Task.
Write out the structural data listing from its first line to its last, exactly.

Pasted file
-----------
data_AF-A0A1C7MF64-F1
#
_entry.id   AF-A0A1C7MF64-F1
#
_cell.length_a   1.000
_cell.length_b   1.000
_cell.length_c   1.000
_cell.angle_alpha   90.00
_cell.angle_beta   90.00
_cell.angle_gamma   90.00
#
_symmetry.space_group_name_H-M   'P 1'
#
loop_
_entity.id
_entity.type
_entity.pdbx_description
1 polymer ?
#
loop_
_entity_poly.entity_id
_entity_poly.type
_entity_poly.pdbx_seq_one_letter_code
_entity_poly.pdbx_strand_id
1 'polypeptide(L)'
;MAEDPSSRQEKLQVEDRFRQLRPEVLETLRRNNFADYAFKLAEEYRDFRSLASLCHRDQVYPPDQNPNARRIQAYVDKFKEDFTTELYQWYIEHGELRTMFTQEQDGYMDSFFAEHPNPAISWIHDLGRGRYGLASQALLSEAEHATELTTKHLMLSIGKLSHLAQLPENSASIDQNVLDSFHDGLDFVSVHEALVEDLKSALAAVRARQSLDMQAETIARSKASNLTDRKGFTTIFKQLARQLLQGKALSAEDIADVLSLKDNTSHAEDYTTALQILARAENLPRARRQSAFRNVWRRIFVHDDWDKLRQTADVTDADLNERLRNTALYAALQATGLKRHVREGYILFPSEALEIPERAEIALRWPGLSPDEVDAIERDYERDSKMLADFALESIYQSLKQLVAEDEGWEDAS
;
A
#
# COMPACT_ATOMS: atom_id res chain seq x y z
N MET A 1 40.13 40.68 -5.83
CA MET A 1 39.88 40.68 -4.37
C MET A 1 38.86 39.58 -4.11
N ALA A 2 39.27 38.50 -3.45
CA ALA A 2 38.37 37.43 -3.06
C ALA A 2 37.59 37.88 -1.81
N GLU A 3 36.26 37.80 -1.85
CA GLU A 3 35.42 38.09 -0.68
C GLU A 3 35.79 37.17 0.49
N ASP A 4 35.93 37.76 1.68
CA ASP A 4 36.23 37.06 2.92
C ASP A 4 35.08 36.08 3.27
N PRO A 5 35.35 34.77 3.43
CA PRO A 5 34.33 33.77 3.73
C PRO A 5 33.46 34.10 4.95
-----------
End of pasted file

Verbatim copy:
data_AF-A0A1C7MF64-F1
#
_entry.id   AF-A0A1C7MF64-F1
#
_cell.length_a   1.000
_cell.length_b   1.000
_cell.length_c   1.000
_cell.angle_alpha   90.00
_cell.angle_beta   90.00
_cell.angle_gamma   90.00
#
_symmetry.space_group_name_H-M   'P 1'
#
loop_
_entity.id
_entity.type
_entity.pdbx_description
1 polymer ?
#
loop_
_entity_poly.entity_id
_entity_poly.type
_entity_poly.pdbx_seq_one_letter_code
_entity_poly.pdbx_strand_id
1 'polypeptide(L)'
;MAEDPSSRQEKLQVEDRFRQLRPEVLETLRRNNFADYAFKLAEEYRDFRSLASLCHRDQVYPPDQNPNARRIQAYVDKFKEDFTTELYQWYIEHGELRTMFTQEQDGYMDSFFAEHPNPAISWIHDLGRGRYGLASQALLSEAEHATELTTKHLMLSIGKLSHLAQLPENSASIDQNVLDSFHDGLDFVSVHEALVEDLKSALAAVRARQSLDMQAETIARSKASNLTDRKGFTTIFKQLARQLLQGKALSAEDIADVLSLKDNTSHAEDYTTALQILARAENLPRARRQSAFRNVWRRIFVHDDWDKLRQTADVTDADLNERLRNTALYAALQATGLKRHVREGYILFPSEALEIPERAEIALRWPGLSPDEVDAIERDYERDSKMLADFALESIYQSLKQLVAEDEGWEDAS
;
A
#
# COMPACT_ATOMS: atom_id res chain seq x y z
N MET A 1 40.13 40.68 -5.83
CA MET A 1 39.88 40.68 -4.37
C MET A 1 38.86 39.58 -4.11
N ALA A 2 39.27 38.50 -3.45
CA ALA A 2 38.37 37.43 -3.06
C ALA A 2 37.59 37.88 -1.81
N GLU A 3 36.26 37.80 -1.85
CA GLU A 3 35.42 38.09 -0.68
C GLU A 3 35.79 37.17 0.49
N ASP A 4 35.93 37.76 1.68
CA ASP A 4 36.23 37.06 2.92
C ASP A 4 35.08 36.08 3.27
N PRO A 5 35.35 34.77 3.43
CA PRO A 5 34.33 33.77 3.73
C PRO A 5 33.46 34.10 4.95